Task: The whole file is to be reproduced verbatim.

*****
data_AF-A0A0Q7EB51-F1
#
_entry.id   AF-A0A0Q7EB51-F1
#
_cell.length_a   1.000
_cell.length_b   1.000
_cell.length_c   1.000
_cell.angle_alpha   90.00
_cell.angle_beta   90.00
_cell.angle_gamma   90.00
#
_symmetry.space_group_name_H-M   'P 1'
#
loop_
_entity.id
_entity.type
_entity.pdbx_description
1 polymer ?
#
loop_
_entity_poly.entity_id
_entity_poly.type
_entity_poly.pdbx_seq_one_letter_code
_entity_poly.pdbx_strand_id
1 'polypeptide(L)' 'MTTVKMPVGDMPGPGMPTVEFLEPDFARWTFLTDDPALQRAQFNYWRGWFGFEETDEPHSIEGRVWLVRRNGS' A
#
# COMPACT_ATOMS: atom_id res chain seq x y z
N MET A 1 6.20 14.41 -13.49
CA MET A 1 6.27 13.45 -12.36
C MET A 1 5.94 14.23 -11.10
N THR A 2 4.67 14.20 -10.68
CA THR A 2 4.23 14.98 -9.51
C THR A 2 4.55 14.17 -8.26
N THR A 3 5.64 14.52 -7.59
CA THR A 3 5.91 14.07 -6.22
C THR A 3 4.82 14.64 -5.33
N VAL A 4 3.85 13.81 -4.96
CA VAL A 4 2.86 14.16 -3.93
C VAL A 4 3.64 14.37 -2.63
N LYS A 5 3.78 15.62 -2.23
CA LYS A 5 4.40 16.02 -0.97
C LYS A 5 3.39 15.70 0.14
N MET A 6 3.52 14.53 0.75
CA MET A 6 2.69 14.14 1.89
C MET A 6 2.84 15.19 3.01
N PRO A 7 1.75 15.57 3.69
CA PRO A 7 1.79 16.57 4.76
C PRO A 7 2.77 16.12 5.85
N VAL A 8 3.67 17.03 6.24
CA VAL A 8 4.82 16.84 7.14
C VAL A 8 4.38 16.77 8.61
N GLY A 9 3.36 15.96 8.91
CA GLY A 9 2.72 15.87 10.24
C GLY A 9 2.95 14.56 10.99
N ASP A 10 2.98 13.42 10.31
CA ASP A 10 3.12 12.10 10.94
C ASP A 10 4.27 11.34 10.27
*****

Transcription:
data_AF-A0A0Q7EB51-F1
#
_entry.id   AF-A0A0Q7EB51-F1
#
_cell.length_a   1.000
_cell.length_b   1.000
_cell.length_c   1.000
_cell.angle_alpha   90.00
_cell.angle_beta   90.00
_cell.angle_gamma   90.00
#
_symmetry.space_group_name_H-M   'P 1'
#
loop_
_entity.id
_entity.type
_entity.pdbx_description
1 polymer ?
#
loop_
_entity_poly.entity_id
_entity_poly.type
_entity_poly.pdbx_seq_one_letter_code
_entity_poly.pdbx_strand_id
1 'polypeptide(L)' 'MTTVKMPVGDMPGPGMPTVEFLEPDFARWTFLTDDPALQRAQFNYWRGWFGFEETDEPHSIEGRVWLVRRNGS' A
#
# COMPACT_ATOMS: atom_id res chain seq x y z
N MET A 1 6.20 14.41 -13.49
CA MET A 1 6.27 13.45 -12.36
C MET A 1 5.94 14.23 -11.10
N THR A 2 4.67 14.20 -10.68
CA THR A 2 4.23 14.98 -9.51
C THR A 2 4.55 14.17 -8.26
N THR A 3 5.64 14.52 -7.59
CA THR A 3 5.91 14.07 -6.22
C THR A 3 4.82 14.64 -5.33
N VAL A 4 3.85 13.81 -4.96
CA VAL A 4 2.86 14.16 -3.93
C VAL A 4 3.64 14.37 -2.63
N LYS A 5 3.78 15.62 -2.23
CA LYS A 5 4.40 16.02 -0.97
C LYS A 5 3.39 15.70 0.14
N MET A 6 3.52 14.53 0.75
CA MET A 6 2.69 14.14 1.89
C MET A 6 2.84 15.19 3.01
N PRO A 7 1.75 15.57 3.69
CA PRO A 7 1.79 16.57 4.76
C PRO A 7 2.77 16.12 5.85
N VAL A 8 3.67 17.03 6.24
CA VAL A 8 4.82 16.84 7.14
C VAL A 8 4.38 16.77 8.61
N GLY A 9 3.36 15.96 8.91
CA GLY A 9 2.72 15.87 10.24
C GLY A 9 2.95 14.56 10.99
N ASP A 10 2.98 13.42 10.31
CA ASP A 10 3.12 12.10 10.94
C ASP A 10 4.27 11.34 10.27